McDonald’s Sales Go Up in Smoke

Well, this certainly comes under the heading of, “Well, duh!”

Fast food sales have risen in states that have legalized marijuana.

Particularly at McDonald’s, with 43% of legal smokers reporting a visit to the Golden Arches in the past four weeks. Taco Bell and Wendy’s appealed to 18% and 17.8% respectively.

No word on White Castle’s sales, if you can find one:

Where there’s smoke . . .

Finally Found It!

About two and a half years ago, in a very early post on this blog, I detailed a search inspired by Parquet Courts’ “Stoned and Starving”:

There was something about the song, especially the offhand delivery of the title in the refrain, that reminded me a whole lot of an older song lodged deep in my memory. I had fun sifting through a stack of great songs by The Individuals, Human Switchboard, Pavement, The Modern Lovers and even The Velvet Underground, but I just could not find the specific song I was looking for.

A passing reference on this past week’s episode of Fresh Off the Boat finally unlocked my memory. They didn’t play the song, but I immediately knew this was the song I had been searching for so long ago, “Come Out and Play (Keep ‘Em Separated)” by The Offspring:

Ironically, Parquet Courts actually sounds far more like some of the other bands I initially checked, especially Pavement, than The Offspring. However, it was definitely the casually dropped line, “keep ’em separated,” that my memory kept trying to place.

This Song Reminds Me of . . . Uh, What Was That Old Song?

Ever hear a new song that really reminds you of an old song?  I’m not talking about a song that blatantly copies another, though heaven knows there are enough of those, but one where there’s something, sometimes just a small bit, that triggers a memory of some other song you have not thought about in a long, long time.  And now you really want to hear that older song to compare . . . but you just can’t remember what that old song is.

My friend Vicky turned me on to Parquet Courts; she bought their CD for her husband, John (and she is damn proud of herself, because the recommendations usually flow in the other direction, from one of us to her).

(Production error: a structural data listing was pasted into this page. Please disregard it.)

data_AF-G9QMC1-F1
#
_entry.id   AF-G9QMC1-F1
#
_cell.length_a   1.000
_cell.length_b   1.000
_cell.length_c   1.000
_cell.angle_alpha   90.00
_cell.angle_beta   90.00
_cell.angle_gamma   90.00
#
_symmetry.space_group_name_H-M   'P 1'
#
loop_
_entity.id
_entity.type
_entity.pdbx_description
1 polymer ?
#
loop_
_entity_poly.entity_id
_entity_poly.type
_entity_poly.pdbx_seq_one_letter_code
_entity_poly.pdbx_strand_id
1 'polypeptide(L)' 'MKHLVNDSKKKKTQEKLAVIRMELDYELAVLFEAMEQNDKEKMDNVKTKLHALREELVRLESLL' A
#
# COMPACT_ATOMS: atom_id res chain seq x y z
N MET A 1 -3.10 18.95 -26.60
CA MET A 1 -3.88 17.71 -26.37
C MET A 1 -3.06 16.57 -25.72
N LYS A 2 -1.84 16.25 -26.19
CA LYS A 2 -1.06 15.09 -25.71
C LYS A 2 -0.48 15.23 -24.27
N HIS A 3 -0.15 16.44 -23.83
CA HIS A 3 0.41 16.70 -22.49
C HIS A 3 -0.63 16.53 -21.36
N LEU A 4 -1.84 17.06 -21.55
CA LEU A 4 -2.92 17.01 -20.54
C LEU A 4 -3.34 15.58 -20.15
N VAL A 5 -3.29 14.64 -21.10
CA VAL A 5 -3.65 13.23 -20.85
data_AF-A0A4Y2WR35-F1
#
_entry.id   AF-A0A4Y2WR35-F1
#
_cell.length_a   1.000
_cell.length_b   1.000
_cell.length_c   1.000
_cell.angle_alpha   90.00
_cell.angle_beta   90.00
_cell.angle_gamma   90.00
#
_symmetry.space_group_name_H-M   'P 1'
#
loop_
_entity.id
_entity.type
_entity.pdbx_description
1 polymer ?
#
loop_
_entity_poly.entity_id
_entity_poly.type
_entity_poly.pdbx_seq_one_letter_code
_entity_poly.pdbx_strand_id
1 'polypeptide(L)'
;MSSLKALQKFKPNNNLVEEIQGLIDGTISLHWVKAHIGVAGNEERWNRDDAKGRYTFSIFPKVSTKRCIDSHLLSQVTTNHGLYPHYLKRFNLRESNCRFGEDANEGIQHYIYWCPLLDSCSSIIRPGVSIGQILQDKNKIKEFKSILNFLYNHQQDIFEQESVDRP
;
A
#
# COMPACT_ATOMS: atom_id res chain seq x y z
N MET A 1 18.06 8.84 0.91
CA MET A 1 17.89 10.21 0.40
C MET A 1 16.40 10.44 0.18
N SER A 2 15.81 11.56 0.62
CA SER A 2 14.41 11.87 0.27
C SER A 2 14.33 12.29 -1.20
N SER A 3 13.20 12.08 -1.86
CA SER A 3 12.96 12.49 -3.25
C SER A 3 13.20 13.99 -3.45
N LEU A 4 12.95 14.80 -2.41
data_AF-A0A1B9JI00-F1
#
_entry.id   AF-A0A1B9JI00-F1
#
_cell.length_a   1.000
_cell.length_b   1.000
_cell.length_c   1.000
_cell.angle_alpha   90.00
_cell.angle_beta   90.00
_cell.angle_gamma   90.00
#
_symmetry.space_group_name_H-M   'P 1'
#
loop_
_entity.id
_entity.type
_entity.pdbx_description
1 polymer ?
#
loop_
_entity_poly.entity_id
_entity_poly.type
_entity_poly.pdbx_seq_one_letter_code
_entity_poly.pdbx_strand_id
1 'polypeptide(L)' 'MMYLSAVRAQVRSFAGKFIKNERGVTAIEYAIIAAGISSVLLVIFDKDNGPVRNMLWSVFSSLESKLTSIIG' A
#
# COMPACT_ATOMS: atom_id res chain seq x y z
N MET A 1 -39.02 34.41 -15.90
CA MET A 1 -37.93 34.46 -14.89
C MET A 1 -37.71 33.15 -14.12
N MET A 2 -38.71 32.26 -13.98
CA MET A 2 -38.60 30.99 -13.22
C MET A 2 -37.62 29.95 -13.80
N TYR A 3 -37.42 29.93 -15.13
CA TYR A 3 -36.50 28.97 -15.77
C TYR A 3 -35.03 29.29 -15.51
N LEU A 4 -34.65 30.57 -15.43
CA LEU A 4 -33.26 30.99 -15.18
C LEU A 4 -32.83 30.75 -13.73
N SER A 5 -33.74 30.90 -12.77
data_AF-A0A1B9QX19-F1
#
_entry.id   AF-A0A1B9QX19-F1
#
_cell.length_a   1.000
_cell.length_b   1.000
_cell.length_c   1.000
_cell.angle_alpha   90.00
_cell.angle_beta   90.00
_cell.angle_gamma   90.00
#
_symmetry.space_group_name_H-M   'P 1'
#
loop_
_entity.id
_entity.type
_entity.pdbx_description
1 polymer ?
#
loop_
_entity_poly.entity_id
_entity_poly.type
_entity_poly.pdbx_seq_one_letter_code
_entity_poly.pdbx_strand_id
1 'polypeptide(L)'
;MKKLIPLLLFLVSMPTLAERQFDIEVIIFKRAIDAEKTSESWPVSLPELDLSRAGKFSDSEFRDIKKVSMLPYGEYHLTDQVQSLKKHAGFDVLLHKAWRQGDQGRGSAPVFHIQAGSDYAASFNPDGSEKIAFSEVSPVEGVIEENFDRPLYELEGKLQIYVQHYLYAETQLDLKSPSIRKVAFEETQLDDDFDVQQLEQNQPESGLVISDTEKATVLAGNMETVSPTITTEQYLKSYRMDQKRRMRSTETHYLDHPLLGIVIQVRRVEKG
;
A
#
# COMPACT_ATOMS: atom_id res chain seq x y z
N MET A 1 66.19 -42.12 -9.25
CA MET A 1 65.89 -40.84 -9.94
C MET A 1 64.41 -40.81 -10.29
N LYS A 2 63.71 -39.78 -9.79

The album is great retro postpunk, but one song in particular, “Stoned and Starving,” really hooked me:

There is something about the way the background vocalists drop in with the deadpan refrain just before the lead vocalist talks/sings the same title words that really reminds me of some old song I can’t quite recall.

So I played “Stoned and Starving” over and over.  Sounded better and better, but I still could not place the source of the bit that was nagging at me.  The guitar is straight out of the Velvet Underground school, so I mentally flipped through bands influenced by the VU, no small list.  And I soon came up with some candidates.  Now I am not implying Parquet Courts ripped anyone off (even if they do wear their influences on their sleeves).  I’d be surprised if they have ever heard some of these songs (a few of which are pretty obscure).  This is more about my own memories of music and connections I make as a fan.

First up is “Walk By Your House” by Hoboken band the Individuals, which DJ Weasel used to play a lot on WHFS-FM, so much so their album was once very collectible in the DC area, but nowhere else (I found several extremely cheap copies in other cities and made some very nice trades when I returned home; same with the Tuff Darts’ album):

There’s a certain similarity in the overall sound, but it does not have that vocal overlap that launched the search.  I then pulled out Human Switchboard and their song “Refrigerator Door”:

It has overlapping vocals, but they sound not at all like those in the Parquet Courts song.  (By the way, both of those bands have been reissued by Bar/None Records.)

Anything on The Days of Wine and Roses by the Dream Syndicate or Wedding Present’s Bizarro?  Nope.

“Trigger Cut/Wounded Kite at :17” by Pavement was a bit closer (does the bridge between the verses and refrain remind anyone else of Jim Croce’s “Operator”?) . . .

. . . and the refrain of the Modern Lovers’ “The Modern World” was the closest yet . . .

. . .  but it wasn’t quite it.  So I went right back to the source, the Velvet Underground, with “Foggy Notion”:

Another great song, but the case remains open.

Crime writer Raymond Chandler once wrote, “The ideal mystery was one you would read if the end was missing.”  I may not have found the song I am looking for, but the quest did lead me to pull out some great old songs I have not listened to in far too long.  Next on the playlist are Swell Maps, the Fall and the Clean.